Laurel Jaffe confers with a FilmAid teammate Okelo and Michael Schwartz while shooting their film about food distribution in the Kalobeyei settlement.
July 19, 2017
Post by Nicholas Escobar, Class of 2018, an English major and music minor from Villanova, Pa.
The day began with a short run as the sun rose over Kakuma. The nights have been restful, but fairly hot. The breeze was cool, the light barely kissing the buildings bordering the dried riverbank as I jogged around the compound where we are housed. I felt ready to start the day.
It has been exactly a week since we left Fisher-Bennett Hall to start our journey to Kakuma. It has been two weeks since our adventure began, in “boot camp” back in room 222 of Fisher-Bennett. I have really gotten to know the members of this Penn group well during that time, and I am honored to be working alongside every person in this talented cohort.
This morning started like many other mornings: with breakfast and conversation. We are in the middle of our four-day shoot for the documentary series on Kalobeiyei, a new settlement adjacent to the Kakuma Refugee Camp. My group is tasked with filming two, five-minute short films on Health and Education. We are a diverse set of seven individuals, some interested in directing, others screenwriting, as well as cinematography. Because of this, our group really functions as a unit. I am paired with Penn student colleague Sonari, and we have gotten to know the FilmAid alumni, who are all impressive and motivated artists.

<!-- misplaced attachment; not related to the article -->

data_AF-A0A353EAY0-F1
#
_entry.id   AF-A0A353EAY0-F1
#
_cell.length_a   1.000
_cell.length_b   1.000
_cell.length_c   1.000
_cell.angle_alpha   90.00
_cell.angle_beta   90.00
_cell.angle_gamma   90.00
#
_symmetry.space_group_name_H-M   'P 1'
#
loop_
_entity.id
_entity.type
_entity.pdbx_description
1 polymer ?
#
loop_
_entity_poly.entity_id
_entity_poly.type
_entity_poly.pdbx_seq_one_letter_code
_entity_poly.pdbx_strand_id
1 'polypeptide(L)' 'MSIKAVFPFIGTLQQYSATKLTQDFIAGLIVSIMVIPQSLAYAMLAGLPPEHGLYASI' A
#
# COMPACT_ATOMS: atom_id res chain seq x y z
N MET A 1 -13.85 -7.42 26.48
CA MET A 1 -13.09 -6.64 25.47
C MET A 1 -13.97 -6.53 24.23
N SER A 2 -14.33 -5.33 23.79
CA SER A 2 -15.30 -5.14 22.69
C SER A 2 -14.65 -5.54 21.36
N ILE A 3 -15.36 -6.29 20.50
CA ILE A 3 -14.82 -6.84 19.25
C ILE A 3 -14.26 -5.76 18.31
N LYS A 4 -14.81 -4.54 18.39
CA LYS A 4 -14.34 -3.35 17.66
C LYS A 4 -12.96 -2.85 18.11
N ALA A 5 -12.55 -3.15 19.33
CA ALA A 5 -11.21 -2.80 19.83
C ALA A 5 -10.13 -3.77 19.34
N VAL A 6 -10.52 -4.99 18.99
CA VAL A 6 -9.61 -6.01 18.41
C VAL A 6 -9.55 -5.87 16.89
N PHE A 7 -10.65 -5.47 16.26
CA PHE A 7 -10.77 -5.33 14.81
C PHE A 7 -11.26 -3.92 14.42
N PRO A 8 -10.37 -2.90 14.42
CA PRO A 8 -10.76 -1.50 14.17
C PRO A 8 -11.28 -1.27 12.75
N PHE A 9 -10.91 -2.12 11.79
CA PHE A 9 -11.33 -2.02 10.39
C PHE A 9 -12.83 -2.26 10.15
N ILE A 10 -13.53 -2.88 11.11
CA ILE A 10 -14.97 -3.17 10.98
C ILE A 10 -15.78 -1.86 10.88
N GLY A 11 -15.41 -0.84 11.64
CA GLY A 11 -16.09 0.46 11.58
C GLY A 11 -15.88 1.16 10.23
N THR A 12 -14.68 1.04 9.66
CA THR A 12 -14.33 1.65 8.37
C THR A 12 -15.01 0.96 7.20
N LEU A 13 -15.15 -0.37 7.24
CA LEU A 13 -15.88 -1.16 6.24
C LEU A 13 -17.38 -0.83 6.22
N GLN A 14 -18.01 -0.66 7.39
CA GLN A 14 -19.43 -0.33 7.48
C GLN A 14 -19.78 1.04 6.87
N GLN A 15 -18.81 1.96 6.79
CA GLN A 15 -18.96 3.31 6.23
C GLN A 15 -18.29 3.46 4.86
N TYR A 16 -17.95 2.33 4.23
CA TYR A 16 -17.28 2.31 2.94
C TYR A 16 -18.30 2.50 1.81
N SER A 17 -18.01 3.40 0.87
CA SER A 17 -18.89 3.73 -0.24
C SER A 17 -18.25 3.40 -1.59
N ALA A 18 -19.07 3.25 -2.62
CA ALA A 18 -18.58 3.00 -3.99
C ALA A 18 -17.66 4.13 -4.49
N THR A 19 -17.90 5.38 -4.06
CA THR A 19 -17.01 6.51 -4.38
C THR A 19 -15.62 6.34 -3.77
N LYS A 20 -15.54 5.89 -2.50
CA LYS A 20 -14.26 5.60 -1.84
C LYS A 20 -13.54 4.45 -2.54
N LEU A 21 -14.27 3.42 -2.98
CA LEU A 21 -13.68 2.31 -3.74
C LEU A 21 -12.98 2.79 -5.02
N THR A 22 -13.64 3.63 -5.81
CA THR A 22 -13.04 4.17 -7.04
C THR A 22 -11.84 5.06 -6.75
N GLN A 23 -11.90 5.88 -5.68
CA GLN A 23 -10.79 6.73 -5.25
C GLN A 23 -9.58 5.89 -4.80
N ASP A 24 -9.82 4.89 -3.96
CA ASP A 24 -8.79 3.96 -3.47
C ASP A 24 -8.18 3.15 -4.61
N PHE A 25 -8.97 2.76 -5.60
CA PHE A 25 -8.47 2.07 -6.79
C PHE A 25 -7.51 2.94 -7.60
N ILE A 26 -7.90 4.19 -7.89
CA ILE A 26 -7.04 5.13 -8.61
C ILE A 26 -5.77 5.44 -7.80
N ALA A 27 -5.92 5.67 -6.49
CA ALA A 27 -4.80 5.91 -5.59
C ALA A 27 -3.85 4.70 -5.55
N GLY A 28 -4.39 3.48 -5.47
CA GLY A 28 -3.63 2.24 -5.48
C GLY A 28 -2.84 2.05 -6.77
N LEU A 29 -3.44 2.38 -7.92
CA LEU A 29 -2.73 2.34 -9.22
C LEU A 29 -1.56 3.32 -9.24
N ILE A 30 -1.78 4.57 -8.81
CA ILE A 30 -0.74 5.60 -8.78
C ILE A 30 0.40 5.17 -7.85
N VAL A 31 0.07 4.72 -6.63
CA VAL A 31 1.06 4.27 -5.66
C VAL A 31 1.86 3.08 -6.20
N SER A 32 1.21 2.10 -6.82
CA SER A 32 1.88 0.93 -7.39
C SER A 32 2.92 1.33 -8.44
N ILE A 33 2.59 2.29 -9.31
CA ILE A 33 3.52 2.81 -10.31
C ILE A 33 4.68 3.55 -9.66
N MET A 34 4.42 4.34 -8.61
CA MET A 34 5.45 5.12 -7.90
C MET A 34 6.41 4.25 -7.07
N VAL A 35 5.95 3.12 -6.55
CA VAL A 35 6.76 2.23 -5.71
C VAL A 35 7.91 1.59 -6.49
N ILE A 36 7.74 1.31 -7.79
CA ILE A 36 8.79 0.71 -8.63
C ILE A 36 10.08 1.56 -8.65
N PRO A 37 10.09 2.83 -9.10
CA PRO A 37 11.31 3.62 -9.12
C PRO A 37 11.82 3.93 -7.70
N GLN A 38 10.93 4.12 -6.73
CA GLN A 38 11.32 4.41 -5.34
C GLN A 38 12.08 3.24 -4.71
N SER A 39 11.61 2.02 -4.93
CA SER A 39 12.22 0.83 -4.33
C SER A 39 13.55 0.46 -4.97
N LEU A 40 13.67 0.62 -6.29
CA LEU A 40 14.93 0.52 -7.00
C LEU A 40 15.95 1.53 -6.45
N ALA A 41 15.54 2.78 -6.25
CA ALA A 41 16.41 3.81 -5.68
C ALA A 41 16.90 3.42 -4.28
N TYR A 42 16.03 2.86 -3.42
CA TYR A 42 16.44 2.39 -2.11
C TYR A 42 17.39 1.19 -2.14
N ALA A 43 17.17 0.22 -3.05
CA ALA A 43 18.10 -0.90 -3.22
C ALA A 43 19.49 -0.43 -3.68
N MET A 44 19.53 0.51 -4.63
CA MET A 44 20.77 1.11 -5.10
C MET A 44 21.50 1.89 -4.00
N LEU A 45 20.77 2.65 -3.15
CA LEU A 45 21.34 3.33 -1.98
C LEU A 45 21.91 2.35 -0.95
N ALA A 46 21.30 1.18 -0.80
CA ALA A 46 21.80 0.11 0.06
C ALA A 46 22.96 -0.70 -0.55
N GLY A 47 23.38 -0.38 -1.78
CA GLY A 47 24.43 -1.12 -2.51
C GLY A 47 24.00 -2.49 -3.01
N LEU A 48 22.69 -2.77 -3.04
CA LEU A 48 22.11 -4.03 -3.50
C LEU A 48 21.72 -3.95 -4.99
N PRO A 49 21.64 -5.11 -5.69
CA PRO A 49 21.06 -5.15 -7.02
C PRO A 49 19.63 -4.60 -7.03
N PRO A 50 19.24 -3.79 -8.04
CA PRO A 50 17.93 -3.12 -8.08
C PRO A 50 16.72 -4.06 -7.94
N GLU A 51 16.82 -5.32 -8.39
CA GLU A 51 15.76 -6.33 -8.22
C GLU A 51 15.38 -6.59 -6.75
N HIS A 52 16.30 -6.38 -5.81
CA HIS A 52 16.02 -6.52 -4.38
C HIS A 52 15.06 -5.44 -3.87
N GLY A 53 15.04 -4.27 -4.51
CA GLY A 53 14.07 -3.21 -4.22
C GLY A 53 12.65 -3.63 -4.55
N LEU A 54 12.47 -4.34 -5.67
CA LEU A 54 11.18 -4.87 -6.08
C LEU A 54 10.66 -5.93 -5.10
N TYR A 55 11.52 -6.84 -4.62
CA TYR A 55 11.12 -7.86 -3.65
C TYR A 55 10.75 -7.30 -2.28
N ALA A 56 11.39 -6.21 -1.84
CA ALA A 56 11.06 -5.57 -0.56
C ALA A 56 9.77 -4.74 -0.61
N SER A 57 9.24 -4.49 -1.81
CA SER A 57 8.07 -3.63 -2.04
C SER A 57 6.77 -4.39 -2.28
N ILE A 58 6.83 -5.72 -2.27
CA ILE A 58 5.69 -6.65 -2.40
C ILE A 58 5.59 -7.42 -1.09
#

Our first interview took place at the Handicap International building in Kalobeiyei. As we drove to the settlement, I reflected upon the last week and about how familiar Kakuma seems to me now. It’s amazing how one can adapt so quickly to a new situation. I look around Kakuma with recognition, but still with a feeling of intense awe. It is a breathtakingly unique place, and I am convinced that even if I spent two years working here, every morning I would see the camp with fresh, sometimes tearful, eyes. This is one of the places it seems where the extraordinary never can truly become ordinary.
The Handicap International (HI) building is located near the Red Cross hospital. It is a simple, small wooden structure. We spoke with an employee who had just been helping to mold a cast for a small baby. The baby was crying softly as his mother held him. There was an older man in aviator sunglasses who was very thin standing outside the building. He immediately approached me specifically as we were setting up for the interview and diligently passed me different papers. All were in some way or other referral papers. They were lamenated and well worn, contained in a ragged plastic blue bag, appearing like he had passed them out multiple times. I initially thought that he was part of HI, but then I was told that he thought I was from the UN, and that is why he was desperately handing over his referral papers. I felt really helpless, and quietly told him that I was sorry and that I do not work with the UN. I do not believe he understood English. He was told this in Swahili and I handed the papers back. I felt terrible. Here was this man, trying to look for help, and he assumed that I could help simply by the way that I look, and yet I could not help him at all. It’s one of those moments that reminds you that this problem of the global refugee crisis is bigger than all of us. It will not be solved in a day. But I hope the films we are making for the new arrivals in the camp will make a difference, and we have to focus on that. I wish the old man with aviator sunglasses the best of luck, and I hope someday someone will be able to assist him.